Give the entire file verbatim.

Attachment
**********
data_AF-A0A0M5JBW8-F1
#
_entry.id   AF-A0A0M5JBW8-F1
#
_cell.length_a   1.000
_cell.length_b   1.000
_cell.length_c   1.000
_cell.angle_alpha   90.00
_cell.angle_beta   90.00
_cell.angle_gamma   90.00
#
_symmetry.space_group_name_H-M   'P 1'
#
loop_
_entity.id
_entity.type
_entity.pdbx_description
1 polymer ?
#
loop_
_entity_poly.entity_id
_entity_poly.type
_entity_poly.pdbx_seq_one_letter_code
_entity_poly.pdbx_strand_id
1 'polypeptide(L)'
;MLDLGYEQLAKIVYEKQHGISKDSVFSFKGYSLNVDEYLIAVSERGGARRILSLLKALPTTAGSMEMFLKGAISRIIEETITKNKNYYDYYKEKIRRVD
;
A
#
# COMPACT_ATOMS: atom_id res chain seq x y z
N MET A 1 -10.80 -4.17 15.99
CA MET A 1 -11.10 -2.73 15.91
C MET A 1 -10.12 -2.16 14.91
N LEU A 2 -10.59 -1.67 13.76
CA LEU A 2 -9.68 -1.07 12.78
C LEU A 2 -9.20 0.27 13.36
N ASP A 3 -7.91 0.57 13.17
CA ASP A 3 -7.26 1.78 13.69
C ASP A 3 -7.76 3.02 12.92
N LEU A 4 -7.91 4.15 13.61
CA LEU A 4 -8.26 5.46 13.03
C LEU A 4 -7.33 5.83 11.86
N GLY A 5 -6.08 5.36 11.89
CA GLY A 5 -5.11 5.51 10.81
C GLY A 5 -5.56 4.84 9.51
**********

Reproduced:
data_AF-A0A0M5JBW8-F1
#
_entry.id   AF-A0A0M5JBW8-F1
#
_cell.length_a   1.000
_cell.length_b   1.000
_cell.length_c   1.000
_cell.angle_alpha   90.00
_cell.angle_beta   90.00
_cell.angle_gamma   90.00
#
_symmetry.space_group_name_H-M   'P 1'
#
loop_
_entity.id
_entity.type
_entity.pdbx_description
1 polymer ?
#
loop_
_entity_poly.entity_id
_entity_poly.type
_entity_poly.pdbx_seq_one_letter_code
_entity_poly.pdbx_strand_id
1 'polypeptide(L)'
;MLDLGYEQLAKIVYEKQHGISKDSVFSFKGYSLNVDEYLIAVSERGGARRILSLLKALPTTAGSMEMFLKGAISRIIEETITKNKNYYDYYKEKIRRVD
;
A
#
# COMPACT_ATOMS: atom_id res chain seq x y z
N MET A 1 -10.80 -4.17 15.99
CA MET A 1 -11.10 -2.73 15.91
C MET A 1 -10.12 -2.16 14.91
N LEU A 2 -10.59 -1.67 13.76
CA LEU A 2 -9.68 -1.07 12.78
C LEU A 2 -9.20 0.27 13.36
N ASP A 3 -7.91 0.57 13.17
CA ASP A 3 -7.26 1.78 13.69
C ASP A 3 -7.76 3.02 12.92
N LEU A 4 -7.91 4.15 13.61
CA LEU A 4 -8.26 5.46 13.03
C LEU A 4 -7.33 5.83 11.86
N GLY A 5 -6.08 5.36 11.89
CA GLY A 5 -5.11 5.51 10.81
C GLY A 5 -5.56 4.84 9.51